Import AI: #67: Inspecting AI with RNNVis; Facebook invents counter-intuitive language translation method; and what fractals have to do with neural architecture search

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All hail the AI inspectors: New ‘RNNVis’ software makes it easier to interpret the inner workings of recurrent nets.
…Figuring out why a particular neural network is classifying something in a certain way is a challenge. Engineers are trying to make that easier with new software to help visualize the hidden states of recurrent neural networks for text classification, giving people some graphical software to use to analyze neural network data.
…The RNNVis software helps people interpret the hidden states of RNNs by providing information about the distribution of hidden states, letting them explore hidden states at the sequence level, examine statistics of these states, and compare learning outcome of models. Some examples of how it can be used can include analyzing two subtly different sentences with slightly different sentiment classifications, inspecting which words and tones the network is activating on to help figure out why the classification is different.
…Read more here: Understanding Hidden Memories of Recurrent Neural Networks.

Facebook learns to translate between languages without access to shared texts:
…It-shouldn’t-work-but-it-does result shows how to translate by mapping different texts into a shared latent representational space…
…New research from Facebook shows how to translate from one language into another without the availability of a shared jointly-translated text. The process works by converting sentences from different languages into noisier representations of themselves, then learning to decode the noisy versions. An adversarial training technique is used to constrain the problem so that it reduces its inaccuracies over time by closing the distance between the noisy and clean conversions – this lets iterative training yield better performance.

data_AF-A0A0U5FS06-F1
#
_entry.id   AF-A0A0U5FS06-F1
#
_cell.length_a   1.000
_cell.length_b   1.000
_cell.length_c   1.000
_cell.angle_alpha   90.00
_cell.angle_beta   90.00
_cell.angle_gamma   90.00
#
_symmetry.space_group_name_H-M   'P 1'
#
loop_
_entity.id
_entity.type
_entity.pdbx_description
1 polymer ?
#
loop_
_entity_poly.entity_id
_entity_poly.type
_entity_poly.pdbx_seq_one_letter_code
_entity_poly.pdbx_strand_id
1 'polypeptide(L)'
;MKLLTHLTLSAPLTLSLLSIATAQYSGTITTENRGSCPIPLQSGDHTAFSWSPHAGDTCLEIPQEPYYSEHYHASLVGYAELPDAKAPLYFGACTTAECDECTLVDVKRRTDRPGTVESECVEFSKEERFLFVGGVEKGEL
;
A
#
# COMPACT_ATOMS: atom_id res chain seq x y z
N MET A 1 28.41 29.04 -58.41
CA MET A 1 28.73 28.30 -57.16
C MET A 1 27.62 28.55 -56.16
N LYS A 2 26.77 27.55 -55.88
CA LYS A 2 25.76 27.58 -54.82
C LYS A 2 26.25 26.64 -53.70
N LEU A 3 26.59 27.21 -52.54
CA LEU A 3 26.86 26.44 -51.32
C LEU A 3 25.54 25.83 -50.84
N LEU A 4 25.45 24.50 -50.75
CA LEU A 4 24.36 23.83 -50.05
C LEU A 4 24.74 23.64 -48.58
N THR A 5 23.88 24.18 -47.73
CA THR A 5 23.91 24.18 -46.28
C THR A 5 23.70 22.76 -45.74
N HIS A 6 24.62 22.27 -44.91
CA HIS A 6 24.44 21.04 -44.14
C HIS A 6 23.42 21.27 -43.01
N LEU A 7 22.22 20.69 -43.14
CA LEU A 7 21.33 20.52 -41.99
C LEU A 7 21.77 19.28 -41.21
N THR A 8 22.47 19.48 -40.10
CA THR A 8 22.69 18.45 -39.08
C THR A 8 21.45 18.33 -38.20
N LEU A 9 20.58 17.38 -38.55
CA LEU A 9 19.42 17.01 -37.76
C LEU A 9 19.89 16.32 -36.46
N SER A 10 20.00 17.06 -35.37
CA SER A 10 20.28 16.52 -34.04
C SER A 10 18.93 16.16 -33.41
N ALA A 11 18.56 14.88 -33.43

…”The principle of our approach is to start from a simple unsupervised word-by-word translation model, and to iteratively improve this model based on a reconstruction loss, and using a discriminator to align latent distributions of both the source and the target languages,” they write.
…Results: The team compares its approach against supervised baselines. The third iteration of its fully unsupervised model attains a BLEU score of around 32.76 on English to French and 22.74 on English to German on the Multi30k-Task1 evaluation. This compares to supervised baselines of 56.83 and 35.16, respectively. For the WMD evaluation it gets 15.05 on English to French and 9.64 on English to German, compared to 27.97 and 21.33 for supervised.
…Data: I seems to intuitively make sense that the approach is very data intensive. The Facebook researchers use “the full training set of 36 million pairs” from the ‘WMT’14 English-French’ dataset, as well as 1.8 million sentences each of the ‘WMT’16 English-German’ dataset. They also use the Multi30k-Task1 dataset, which has 30,000 images in English/French/German with translations to each of eachother. ” We disregard the images and only consider the parallel annotations, with the provided training, validation and test sets, composed of 29,000, 1,000 and 1,000 pairs of sentences respectively.”
…The power of iteration: To get an idea of the power of this iterative, bootstrapping approach we can study the translation of a sentence from French into English.
…Source: une photo d’ une rue bondee en evill
…Iteration 0: a photo a street crowded in city .
…Iteration 1: a picture of a street crowded in a city .
…Iteration 2: a picture of a crowded city street .
…Iteration 3: a picture of a crowded street in a city .
…Reference: a view of a crowded city street .
…Read more here: Unsupervised Machine Translation Using Monolingual Corpora Only.

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Chinese facial recognition company raises $460 million:
…Megvii Inc, also known as Face++, has raised money from a Chinese state venture fund, as well as others. It sells facial identification services to a variety of companies, including Ant Financial and Lenovo.